UH Renews Role in StrokeNet Program
September 17, 2018
National network recruits and runs stroke trials efficiently and quickly
UH Innovations in Neurology & Neurosurgery - Fall 2018
The Neurological Institute at University Hospitals of Cleveland recently renewed its role in the National Institutes of Health (NIH) StrokeNet program, a national network of 25 regional coordinating centers that includes more than 200 hospitals.
The centers were chosen in 2013 for their ability to recruit and run stroke trials efficiently and quickly, explains Sophia Sundararajan, MD, Director, Clinical Trials Unit, Neurological Institute, University Hospitals; Associate Professor, Neurology, Case Western Reserve University School of Medicine. “The trials conducted through StrokeNet are aimed at stroke prevention, acute intervention and recovery,” says Dr. Sundararajan, the principal investigator for the regional StrokeNet coordinating center.
StrokeNet originated as a pilot project by the NIH, explains, David Haney, the Director of Research Operations in the Neurology Institute at Case Western Reserve University (CWRU) who works with Dr. Sundararajan on the project.
The recent renewal extends UH’s participation in the program for another five years.
LEANER AND MEANER TRIALS
“The goal was to see if they could fundamentally change the way we do clinical trials to make things ‘leaner and meaner,’” Haney says. “The success of this program might change the ideology of research at the NIH in the future.”
The regional centers are able to streamline the process by which hospitals negotiate the contract to perform studies and approve them quickly through a central Institutional Review Board and master trial agreements, Dr. Sundararajan says.
“Many stroke trials have historically taken up to 10 years to complete, by which time the technology in them was outdated,” she adds. “StrokeNet unites sites that have a proven track record of enrolling patients quickly, moving the entire process along much more efficiently.”
For example, the recently completed DEFUSE 3 Trial was completed in less than two years. The study found that stroke patients with favorable neuroimaging benefited from endovascular thrombectomy up to 16 hours after last known normal. The technology in the trial is the same technology in current use, making the results immediately applicable.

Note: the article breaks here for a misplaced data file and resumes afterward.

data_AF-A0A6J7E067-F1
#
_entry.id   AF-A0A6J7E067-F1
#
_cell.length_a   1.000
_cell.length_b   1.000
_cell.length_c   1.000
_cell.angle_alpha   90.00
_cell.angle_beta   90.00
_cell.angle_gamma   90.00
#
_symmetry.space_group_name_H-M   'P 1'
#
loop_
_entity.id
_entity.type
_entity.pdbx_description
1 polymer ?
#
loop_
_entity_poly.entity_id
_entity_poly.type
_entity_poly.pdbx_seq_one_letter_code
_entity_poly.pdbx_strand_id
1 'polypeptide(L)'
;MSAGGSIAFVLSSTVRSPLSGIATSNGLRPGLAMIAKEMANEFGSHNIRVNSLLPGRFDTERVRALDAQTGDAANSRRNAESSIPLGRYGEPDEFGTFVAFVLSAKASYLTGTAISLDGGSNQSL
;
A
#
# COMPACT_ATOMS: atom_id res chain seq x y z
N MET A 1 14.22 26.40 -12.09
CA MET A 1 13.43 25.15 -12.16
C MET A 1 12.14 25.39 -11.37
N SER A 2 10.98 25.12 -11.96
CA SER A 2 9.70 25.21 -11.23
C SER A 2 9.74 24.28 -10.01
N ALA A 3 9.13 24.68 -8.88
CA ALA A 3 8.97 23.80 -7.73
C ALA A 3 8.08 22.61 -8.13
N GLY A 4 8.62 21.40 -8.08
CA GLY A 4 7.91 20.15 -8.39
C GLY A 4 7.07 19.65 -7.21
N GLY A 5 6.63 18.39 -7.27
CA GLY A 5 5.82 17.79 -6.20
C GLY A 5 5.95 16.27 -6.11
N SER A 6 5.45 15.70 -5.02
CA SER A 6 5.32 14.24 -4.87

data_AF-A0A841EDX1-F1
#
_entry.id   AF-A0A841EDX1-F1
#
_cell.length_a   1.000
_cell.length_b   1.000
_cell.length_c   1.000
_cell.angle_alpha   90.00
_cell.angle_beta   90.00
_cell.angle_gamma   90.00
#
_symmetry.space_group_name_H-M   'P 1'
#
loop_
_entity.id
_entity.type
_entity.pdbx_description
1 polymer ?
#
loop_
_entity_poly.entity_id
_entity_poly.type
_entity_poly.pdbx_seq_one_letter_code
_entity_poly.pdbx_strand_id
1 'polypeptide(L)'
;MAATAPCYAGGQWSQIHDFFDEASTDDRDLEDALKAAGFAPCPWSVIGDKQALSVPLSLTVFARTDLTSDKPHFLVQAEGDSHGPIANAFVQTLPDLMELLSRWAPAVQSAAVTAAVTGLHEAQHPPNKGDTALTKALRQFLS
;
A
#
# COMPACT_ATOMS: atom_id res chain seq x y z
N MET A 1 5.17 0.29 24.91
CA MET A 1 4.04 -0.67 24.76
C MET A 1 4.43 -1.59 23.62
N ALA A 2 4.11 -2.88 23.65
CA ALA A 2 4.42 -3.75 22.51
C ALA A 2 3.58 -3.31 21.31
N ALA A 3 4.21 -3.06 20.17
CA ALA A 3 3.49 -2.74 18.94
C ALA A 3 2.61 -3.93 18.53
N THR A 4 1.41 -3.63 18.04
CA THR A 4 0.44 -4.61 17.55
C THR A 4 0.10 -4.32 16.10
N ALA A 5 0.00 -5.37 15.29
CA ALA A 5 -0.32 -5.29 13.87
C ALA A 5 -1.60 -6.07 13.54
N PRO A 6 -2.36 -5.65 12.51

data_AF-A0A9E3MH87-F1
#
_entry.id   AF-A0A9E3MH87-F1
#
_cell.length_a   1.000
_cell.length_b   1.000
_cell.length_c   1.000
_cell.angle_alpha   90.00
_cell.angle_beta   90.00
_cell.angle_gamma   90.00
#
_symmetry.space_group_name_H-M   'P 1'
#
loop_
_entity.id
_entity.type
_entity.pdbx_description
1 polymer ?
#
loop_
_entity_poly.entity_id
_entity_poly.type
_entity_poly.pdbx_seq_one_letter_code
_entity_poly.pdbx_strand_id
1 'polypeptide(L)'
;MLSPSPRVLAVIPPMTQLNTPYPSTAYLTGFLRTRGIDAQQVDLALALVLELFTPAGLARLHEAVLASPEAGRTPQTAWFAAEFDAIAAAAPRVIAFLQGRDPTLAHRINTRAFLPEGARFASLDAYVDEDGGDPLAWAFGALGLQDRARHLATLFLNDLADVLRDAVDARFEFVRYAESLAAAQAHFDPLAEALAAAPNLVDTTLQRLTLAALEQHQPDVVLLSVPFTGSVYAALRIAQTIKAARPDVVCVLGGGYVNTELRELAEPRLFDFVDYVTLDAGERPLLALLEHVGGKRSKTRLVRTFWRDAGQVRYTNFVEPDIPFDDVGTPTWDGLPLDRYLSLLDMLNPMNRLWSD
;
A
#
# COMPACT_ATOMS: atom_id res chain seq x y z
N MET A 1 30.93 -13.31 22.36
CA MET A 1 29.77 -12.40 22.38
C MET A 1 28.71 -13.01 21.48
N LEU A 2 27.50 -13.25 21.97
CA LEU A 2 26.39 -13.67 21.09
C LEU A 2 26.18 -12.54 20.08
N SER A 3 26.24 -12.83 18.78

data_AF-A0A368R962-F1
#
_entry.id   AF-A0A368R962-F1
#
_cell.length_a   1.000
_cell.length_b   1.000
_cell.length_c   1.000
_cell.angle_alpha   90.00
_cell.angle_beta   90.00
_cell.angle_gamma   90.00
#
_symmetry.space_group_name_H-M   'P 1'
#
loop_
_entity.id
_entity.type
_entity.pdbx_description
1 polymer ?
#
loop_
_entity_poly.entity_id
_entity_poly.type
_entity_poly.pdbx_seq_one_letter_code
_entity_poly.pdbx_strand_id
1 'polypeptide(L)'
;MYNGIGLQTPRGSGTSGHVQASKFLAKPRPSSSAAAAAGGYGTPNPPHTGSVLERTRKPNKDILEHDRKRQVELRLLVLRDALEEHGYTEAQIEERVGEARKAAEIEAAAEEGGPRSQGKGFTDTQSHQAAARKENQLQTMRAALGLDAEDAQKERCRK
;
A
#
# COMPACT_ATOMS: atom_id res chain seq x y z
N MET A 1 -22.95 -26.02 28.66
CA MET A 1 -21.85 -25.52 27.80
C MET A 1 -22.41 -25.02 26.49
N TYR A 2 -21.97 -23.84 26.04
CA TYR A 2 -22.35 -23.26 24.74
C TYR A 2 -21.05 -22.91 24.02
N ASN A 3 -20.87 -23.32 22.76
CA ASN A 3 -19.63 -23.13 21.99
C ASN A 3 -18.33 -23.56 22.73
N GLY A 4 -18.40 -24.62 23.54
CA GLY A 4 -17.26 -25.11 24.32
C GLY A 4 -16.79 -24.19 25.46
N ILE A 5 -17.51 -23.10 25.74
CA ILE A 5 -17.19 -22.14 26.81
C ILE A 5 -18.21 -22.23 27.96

The regional coordinating site based out of CWRU includes all of the major health centers in Cleveland (University Hospitals, Cleveland Clinic, MetroHealth and the Cleveland VA Medical Center) as well as Ohio Health in the Columbus area, Spectrum Health in Grand Rapids, Mich., the University of West Virginia in Morgantown, and the Mercy Health-St. Vincent Medical Center in Toledo.
The grant provides $1 million ($200,000 a year for five years) to CWRU to cover the administrative costs of running the network and coordinating the grants for the individual studies in which members participate. Haney praised the collaborative spirit that it encourages.
“It brings together four Cleveland institutions that normally are somewhat competitive and allows us to work together on overcoming barriers for getting patients into the latest trials,” he says.
PACE OF STUDIES SHOULD INCREASE
Work in the program in its first five years has been substantial, Dr. Sundararajan says. In addition to the DEFUSE 3 study, the I-DEF study examined the use of deferoxamine mesylate to reduce iron levels in the brain after intracerebral hemorrhage. The study has been completed and data are being analyzed.
The Telerehab trial showed that in-home therapy using a telehealth system is effective in improving arm function in stroke survivors. This trial will make rehabilitation more accessible to patients who may not be able to travel to an outside facility.
About 35 UH patients participated in these three trials over the past five years, at UH and at the other local sites, Dr. Sundararajan says. “Being part of this program gives our patients more access to cutting-edge research than we could offer them on our own.”
Dr. Sundararajan says she is pleased that the grant was renewed, as it helps validate the success that UH has had with the program to date. She expects that the pace of the trials will increase as StrokeNet enters the next five-year phase.
“We anticipate seeing even more studies and being able to offer more options beyond standard medical care for our patients, both here at UH and at the other participating hospitals in the consortium, if we feel they have something that is more appropriate for a specific patient,” she says.
The renewal also includes some funding to help facilitate training of new investigators, which Dr. Sundararajan calls an exciting additional component.